The Future of Work, Finance and the Economy Collection

 

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The Future of Work, Finance and the Economy Collection

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This chapter broadens the focus of enquiry to consider the wider institutional opportunities and constraints that shape the lives of young fathers. It highlights the young men’s aspirations to provide materially and financially for their children (the ‘breadwinner’ ideology) and how this ideology dovetails with the ethos of engaged fatherhood. The young men’s varied pathways through education, employment and training (EET) are traced here, revealing the sheer hard work of managing a triple burden of earning, learning and caring over time. The evidence sheds light on the very different EET trajectories that were unfolding for the young men (ranging from skilled to semi-skilled to low-skilled), and the impact of these trajectories on their ability to provide for their children. In considering the policy implications of these findings, the chapter reappraises a normative framework that assumes that early parenthood ‘causes’ social deprivation, and a welfare framework that regards the EET needs and aspirations of young people as a low priority. Debates about a so-called parenting deficit are revisited here. The chapter highlights a counter-narrative that establishes poverty as the underlying driver of both social disadvantage and fragile relationships for substantial numbers of young fathers.

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The question of labour turnover has been variously examined across labour and organization studies, but it has not been studied systematically in relation to international migration. In this book we tackle the question of labour turnover (the churning of workers in and out of workplace organizations) from the perspective of migrant labour. Here we build on the critical strands of labour and migration studies to shift our gaze to the social composition of labour (Wright, 2002), focusing on the specific drivers and subjective and social dynamics that link the phenomenon of labour instability to international migration. We consider the relationship between labour migration and turnover as emblematic of the wider effects of the intersectional differentiation of work and employment on workers’ lives and action for change in capitalist societies. Since the pioneering work of Hirschman (1970), the act of workers quitting their job, described as labour mobility or exit, has indeed been countered to worker voice and presented as an individualistic, opportunistic behaviour taken autonomously by workers, as opposed to engaging in labour collective voice over effort bargaining (usually expressed through trade union representation). The tendency to see turnover as a primarily individualistic behaviour can be found especially in the field of industrial relations, which privileges collective forms of action in the workplace, whether or not institutionally mediated by trade unions (see Smith, 2006; Beynon, 1973). In the field of organization and management studies, scholars have tended to favour a functionalist approach both to the question of turnover and the role of migration in flexible labour markets revolving around costs and efficiency issues for employers, while employment studies have concentrated on the impact of labour mobility on collective bargaining in the workplace.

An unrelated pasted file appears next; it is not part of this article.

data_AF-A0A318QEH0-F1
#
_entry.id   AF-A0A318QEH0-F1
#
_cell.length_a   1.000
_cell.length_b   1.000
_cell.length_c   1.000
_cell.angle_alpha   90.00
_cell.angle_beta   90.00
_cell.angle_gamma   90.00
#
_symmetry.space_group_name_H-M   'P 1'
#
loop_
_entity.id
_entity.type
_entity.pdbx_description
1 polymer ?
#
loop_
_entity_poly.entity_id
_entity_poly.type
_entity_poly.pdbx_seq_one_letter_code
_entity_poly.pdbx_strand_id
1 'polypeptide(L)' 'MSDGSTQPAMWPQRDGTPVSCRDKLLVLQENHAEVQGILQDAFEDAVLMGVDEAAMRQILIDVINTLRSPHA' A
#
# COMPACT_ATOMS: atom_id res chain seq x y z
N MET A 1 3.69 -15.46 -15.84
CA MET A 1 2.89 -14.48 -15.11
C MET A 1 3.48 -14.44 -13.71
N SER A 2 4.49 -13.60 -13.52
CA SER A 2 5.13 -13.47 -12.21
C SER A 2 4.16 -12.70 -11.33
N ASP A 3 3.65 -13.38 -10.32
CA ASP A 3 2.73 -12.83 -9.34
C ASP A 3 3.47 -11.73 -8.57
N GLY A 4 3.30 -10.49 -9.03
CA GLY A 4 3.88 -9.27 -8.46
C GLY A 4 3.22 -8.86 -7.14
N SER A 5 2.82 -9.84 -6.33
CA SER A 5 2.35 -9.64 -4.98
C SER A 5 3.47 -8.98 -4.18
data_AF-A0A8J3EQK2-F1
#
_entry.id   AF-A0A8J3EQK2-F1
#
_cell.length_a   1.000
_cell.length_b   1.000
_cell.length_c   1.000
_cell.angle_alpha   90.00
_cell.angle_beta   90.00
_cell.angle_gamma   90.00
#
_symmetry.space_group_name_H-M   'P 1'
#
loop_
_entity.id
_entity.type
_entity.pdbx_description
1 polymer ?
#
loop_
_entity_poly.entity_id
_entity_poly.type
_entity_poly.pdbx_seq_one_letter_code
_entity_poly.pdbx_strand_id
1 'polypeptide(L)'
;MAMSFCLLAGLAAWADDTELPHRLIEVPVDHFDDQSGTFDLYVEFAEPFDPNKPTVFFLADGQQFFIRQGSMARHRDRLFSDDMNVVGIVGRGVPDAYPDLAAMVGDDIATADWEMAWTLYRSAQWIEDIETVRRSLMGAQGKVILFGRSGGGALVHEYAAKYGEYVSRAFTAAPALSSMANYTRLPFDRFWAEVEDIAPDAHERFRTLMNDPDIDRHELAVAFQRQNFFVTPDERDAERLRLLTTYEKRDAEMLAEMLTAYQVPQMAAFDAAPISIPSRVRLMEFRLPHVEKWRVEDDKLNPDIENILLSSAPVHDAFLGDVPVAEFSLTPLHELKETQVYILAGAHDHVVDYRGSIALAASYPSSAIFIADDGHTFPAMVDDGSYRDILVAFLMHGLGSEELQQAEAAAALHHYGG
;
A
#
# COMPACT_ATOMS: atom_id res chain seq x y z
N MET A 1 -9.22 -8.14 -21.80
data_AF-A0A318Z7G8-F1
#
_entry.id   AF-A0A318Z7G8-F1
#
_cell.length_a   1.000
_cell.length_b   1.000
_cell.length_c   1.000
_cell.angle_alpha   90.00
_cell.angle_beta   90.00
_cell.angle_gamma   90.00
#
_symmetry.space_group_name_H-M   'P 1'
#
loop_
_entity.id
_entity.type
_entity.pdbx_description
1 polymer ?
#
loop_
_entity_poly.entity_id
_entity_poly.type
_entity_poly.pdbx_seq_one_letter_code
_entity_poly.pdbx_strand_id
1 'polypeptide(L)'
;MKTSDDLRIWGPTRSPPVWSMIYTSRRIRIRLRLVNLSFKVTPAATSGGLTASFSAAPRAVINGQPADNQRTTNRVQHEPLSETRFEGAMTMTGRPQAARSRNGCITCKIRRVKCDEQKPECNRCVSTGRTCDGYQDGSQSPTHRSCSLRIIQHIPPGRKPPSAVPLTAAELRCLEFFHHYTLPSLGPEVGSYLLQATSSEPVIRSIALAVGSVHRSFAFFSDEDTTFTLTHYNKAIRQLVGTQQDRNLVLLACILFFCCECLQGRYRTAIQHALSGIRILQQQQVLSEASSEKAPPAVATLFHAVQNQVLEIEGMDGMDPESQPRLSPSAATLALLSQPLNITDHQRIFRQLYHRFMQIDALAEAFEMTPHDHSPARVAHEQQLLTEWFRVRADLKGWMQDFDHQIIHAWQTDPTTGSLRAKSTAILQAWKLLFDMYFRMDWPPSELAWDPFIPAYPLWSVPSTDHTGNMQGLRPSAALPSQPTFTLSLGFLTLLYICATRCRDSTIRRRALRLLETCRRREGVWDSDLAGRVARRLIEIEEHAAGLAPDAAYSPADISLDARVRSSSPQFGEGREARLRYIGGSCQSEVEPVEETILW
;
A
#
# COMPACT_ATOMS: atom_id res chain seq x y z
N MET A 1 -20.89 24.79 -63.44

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This chapter outlines the rationale for the edited collection, before discussing the contemporary nature of industrial relations in Britain. The chapter considers the boundaries of industrial relations as a field of study, reflecting on the importance of having the employment relationship at the heart of industrial relations research. In doing so, the chapter outlines how the developments, tensions and social changes of relevance to work and employment in recent years remain central to the concerns and ongoing research within industrial relations as a field of study.